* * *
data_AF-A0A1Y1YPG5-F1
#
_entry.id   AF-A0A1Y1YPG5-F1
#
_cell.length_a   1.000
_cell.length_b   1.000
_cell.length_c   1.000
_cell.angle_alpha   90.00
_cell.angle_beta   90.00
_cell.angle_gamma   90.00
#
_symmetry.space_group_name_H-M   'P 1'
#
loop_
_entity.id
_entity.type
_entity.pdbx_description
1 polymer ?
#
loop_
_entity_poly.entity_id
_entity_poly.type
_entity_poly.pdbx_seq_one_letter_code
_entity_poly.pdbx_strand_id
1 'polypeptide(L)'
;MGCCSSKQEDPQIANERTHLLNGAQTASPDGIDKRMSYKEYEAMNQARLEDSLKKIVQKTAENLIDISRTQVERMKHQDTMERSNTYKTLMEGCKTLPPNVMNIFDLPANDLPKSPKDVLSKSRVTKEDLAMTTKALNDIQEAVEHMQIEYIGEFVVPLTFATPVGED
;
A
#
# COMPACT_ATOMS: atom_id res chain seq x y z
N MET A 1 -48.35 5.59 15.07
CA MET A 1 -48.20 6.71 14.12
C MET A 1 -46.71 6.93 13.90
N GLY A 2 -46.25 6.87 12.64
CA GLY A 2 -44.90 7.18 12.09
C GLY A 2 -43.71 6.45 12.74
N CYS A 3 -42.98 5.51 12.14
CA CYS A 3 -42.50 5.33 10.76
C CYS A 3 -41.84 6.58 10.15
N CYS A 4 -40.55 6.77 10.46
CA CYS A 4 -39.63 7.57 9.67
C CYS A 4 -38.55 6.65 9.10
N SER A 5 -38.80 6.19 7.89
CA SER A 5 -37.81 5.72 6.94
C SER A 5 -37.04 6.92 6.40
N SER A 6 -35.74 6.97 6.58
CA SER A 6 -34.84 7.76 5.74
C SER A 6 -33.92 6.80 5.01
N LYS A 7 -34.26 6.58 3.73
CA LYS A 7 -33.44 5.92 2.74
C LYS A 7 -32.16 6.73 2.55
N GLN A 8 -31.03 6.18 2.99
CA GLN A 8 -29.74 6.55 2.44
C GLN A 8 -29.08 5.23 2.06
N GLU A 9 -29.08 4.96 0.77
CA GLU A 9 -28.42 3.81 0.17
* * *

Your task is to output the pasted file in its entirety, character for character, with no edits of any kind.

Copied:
data_AF-A0A1Y1YPG5-F1
#
_entry.id   AF-A0A1Y1YPG5-F1
#
_cell.length_a   1.000
_cell.length_b   1.000
_cell.length_c   1.000
_cell.angle_alpha   90.00
_cell.angle_beta   90.00
_cell.angle_gamma   90.00
#
_symmetry.space_group_name_H-M   'P 1'
#
loop_
_entity.id
_entity.type
_entity.pdbx_description
1 polymer ?
#
loop_
_entity_poly.entity_id
_entity_poly.type
_entity_poly.pdbx_seq_one_letter_code
_entity_poly.pdbx_strand_id
1 'polypeptide(L)'
;MGCCSSKQEDPQIANERTHLLNGAQTASPDGIDKRMSYKEYEAMNQARLEDSLKKIVQKTAENLIDISRTQVERMKHQDTMERSNTYKTLMEGCKTLPPNVMNIFDLPANDLPKSPKDVLSKSRVTKEDLAMTTKALNDIQEAVEHMQIEYIGEFVVPLTFATPVGED
;
A
#
# COMPACT_ATOMS: atom_id res chain seq x y z
N MET A 1 -48.35 5.59 15.07
CA MET A 1 -48.20 6.71 14.12
C MET A 1 -46.71 6.93 13.90
N GLY A 2 -46.25 6.87 12.64
CA GLY A 2 -44.90 7.18 12.09
C GLY A 2 -43.71 6.45 12.74
N CYS A 3 -42.98 5.51 12.14
CA CYS A 3 -42.50 5.33 10.76
C CYS A 3 -41.84 6.58 10.15
N CYS A 4 -40.55 6.77 10.46
CA CYS A 4 -39.63 7.57 9.67
C CYS A 4 -38.55 6.65 9.10
N SER A 5 -38.80 6.19 7.89
CA SER A 5 -37.81 5.72 6.94
C SER A 5 -37.04 6.92 6.40
N SER A 6 -35.74 6.97 6.58
CA SER A 6 -34.84 7.76 5.74
C SER A 6 -33.92 6.80 5.01
N LYS A 7 -34.26 6.58 3.73
CA LYS A 7 -33.44 5.92 2.74
C LYS A 7 -32.16 6.73 2.55
N GLN A 8 -31.03 6.18 2.99
CA GLN A 8 -29.74 6.55 2.44
C GLN A 8 -29.08 5.23 2.06
N GLU A 9 -29.08 4.96 0.77
CA GLU A 9 -28.42 3.81 0.17